According to a study by McKinsey Global Institute, AI is estimated to create an additional 13 trillion US dollars of value annually by the year 2030.
Even today artificial intelligence technologies are generating a tremendous amount of revenue, but it is mostly in the software field.
There are several areas where AI will be highly impactful, but there is a lot of unnecessary hype surrounding it as well. Thales is contributing to them with their green work.
Still, over the past decades, artificial intelligence (AI) has gone from being something out of science fiction to being very much part of science fact. It is now an integral part of our present, and we are beginning to see the impact it has on the workplace, the economy, and the technology we use every day. But what about its impact on the environment? How can we leverage AI to build a greener and more sustainable future?
AI has a vital role to play in the observation and understanding of climate phenomena, which are key to combating climate change. Its most obvious application is in increasing the image processing capabilities of satellites, which will be able to better analyze and predict climate phenomena.
However, it’s not just in and above the skies where AI is making a significant contribution to environmental issues. Our partner Thales has also developed complex, eco-responsible systems for rail transportation that leverage AI based on learning and knowledge and consume less energy.
Driver advisory and traffic management systems, along with systems to manage the automatic operation of both metros and autonomous trains, optimise energy consumption through carefully defined driving strategies, and by calculating optimal acceleration and braking profiles in real-time.
These systems also enable incidents on the network to be anticipated, thus reducing unexpected train stoppages caused by obstacles on the tracks, for example. Station supervision systems also analyze energy consumption in real-time, with sensors that determine the precise energy needs according to passenger flows, ensuring that energy consumption matches requirements.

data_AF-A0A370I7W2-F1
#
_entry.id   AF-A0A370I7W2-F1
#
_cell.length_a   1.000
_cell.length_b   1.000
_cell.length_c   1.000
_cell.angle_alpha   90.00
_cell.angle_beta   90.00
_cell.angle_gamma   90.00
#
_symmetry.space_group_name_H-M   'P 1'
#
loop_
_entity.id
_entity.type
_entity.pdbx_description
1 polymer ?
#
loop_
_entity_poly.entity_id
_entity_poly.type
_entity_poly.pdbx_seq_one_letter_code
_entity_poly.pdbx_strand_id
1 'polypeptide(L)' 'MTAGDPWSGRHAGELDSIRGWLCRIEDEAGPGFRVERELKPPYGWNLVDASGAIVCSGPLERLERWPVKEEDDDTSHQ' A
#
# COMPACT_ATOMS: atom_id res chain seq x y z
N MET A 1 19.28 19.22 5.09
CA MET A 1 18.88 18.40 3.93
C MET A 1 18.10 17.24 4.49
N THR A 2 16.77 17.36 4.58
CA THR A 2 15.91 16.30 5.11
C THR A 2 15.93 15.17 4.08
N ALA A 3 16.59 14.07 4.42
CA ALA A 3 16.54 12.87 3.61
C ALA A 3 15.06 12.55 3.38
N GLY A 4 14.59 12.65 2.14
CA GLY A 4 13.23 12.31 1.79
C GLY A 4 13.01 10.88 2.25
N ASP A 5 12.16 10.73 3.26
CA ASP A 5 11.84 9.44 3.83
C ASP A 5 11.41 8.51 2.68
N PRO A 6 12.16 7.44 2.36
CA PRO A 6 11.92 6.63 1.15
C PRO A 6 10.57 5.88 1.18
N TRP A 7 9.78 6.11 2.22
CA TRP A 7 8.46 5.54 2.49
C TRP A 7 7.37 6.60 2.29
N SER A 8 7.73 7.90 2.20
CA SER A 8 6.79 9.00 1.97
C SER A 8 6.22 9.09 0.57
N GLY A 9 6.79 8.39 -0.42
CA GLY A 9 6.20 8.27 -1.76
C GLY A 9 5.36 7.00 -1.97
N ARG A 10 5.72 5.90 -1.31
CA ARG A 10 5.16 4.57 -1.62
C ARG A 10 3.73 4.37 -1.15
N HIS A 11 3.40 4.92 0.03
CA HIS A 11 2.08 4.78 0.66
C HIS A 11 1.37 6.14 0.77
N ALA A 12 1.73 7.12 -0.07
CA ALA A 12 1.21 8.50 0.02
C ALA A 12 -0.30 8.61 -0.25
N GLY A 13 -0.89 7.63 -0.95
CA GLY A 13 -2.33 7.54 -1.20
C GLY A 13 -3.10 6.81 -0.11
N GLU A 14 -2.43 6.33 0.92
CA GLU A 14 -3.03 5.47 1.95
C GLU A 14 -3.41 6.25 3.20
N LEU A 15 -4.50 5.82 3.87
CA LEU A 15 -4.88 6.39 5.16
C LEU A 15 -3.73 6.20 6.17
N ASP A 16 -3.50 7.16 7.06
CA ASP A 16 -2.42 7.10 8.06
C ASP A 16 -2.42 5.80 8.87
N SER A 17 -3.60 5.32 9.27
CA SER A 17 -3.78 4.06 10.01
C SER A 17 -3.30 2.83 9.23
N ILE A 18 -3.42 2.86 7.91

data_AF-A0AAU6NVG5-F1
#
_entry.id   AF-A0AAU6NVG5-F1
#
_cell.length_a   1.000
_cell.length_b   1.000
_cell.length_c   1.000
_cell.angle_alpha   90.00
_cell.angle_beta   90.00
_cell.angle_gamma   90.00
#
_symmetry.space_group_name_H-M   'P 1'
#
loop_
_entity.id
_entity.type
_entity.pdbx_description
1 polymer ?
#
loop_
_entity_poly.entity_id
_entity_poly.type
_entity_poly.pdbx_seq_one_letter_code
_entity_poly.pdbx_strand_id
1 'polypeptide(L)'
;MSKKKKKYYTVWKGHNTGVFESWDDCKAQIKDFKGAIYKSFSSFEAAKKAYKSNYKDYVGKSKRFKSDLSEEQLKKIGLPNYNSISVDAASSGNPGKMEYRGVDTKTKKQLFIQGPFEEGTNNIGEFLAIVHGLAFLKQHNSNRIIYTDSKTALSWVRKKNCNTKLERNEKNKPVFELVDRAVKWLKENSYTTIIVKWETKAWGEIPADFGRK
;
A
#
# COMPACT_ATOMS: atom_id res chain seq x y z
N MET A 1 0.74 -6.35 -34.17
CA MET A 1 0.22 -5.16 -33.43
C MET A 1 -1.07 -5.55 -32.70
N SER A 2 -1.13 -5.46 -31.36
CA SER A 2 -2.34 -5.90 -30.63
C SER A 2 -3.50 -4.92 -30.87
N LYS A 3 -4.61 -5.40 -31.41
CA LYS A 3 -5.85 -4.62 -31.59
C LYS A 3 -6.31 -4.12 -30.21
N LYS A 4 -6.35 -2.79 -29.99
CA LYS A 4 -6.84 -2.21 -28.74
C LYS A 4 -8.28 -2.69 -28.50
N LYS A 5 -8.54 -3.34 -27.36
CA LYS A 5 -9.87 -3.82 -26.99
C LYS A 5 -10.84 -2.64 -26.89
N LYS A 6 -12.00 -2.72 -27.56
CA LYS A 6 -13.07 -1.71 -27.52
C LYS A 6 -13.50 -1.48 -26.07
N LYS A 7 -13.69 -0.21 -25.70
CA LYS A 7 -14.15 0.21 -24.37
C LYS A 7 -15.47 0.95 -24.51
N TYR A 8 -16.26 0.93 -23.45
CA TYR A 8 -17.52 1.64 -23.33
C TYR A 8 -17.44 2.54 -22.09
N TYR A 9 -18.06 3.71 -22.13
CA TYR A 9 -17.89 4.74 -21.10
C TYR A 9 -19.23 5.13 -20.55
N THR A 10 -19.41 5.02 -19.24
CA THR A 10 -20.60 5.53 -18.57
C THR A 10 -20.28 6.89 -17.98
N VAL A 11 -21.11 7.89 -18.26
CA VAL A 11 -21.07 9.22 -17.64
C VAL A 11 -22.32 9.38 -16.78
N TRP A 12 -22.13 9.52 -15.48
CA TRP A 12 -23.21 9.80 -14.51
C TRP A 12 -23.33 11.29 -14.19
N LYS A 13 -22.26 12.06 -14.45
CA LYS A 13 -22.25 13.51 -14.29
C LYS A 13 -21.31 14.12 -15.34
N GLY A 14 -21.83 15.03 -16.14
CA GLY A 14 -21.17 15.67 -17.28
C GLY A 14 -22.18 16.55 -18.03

Energy Consumption and the IoT
Modern systems, in the field of IoT (Internet of Things) for instance, collect huge amounts of all different kinds of data. Traditionally, that data is processed in a central computer or cloud, and then the results are sent back to the application in the field. However, not only does this raise security issues, but it is also neither cost- nor energy-efficient.
Thales’s expertise has enabled it to develop a platform for the simple integration of distributed AI algorithms in the field, which processes most of the data close to the application – so-called edge computing – and only transfers the processing results, keeping the data behind a secure firewall and significantly reducing energy consumption.
Lateral thinking: eco-design and frugal AI
Sustainable technology, however, is not just about visible impacts, such as reducing energy consumption or carbon emissions. It also involves looking at entire processes – from conception to operation – to see where real change can occur.
As an expert in critical-decision support solutions, Thales is the first company to develop "frugal" AI based on algorithms that only require small amounts of energy. Thales researchers are prioritizing knowledge-based symbolic or hybrid AI, which is far more energy efficient. Attention is being shifted from Big Data to Smart Data, favoring quality over quantity, and improving electronics design and implementation to offer electronic circuits that consume very little energy.
The AI of the future: neuromorphic computing
What about the next big thing? Although it is still in its infancy, neuromorphic computing could be the technology that completely revolutionizes AI.
Most AI people today are concentrating on algorithms that help to achieve a particular outcome. AI algorithms may be inspired by the workings of the human brain and its neural networks, but they are based on virtual neural networks running on conventional computer chips.
On the other hand, a neuromorphic chip is a physical reproduction of a neural network. In my work, we are taking inspiration from the organization and structure of the brain — and in particular from the way neural networks are organized as successive layers of neurons in the cortex — to develop processors that can run these algorithms very efficiently and with much less energy.
Science helps us build a safer greener world and a more equitable society!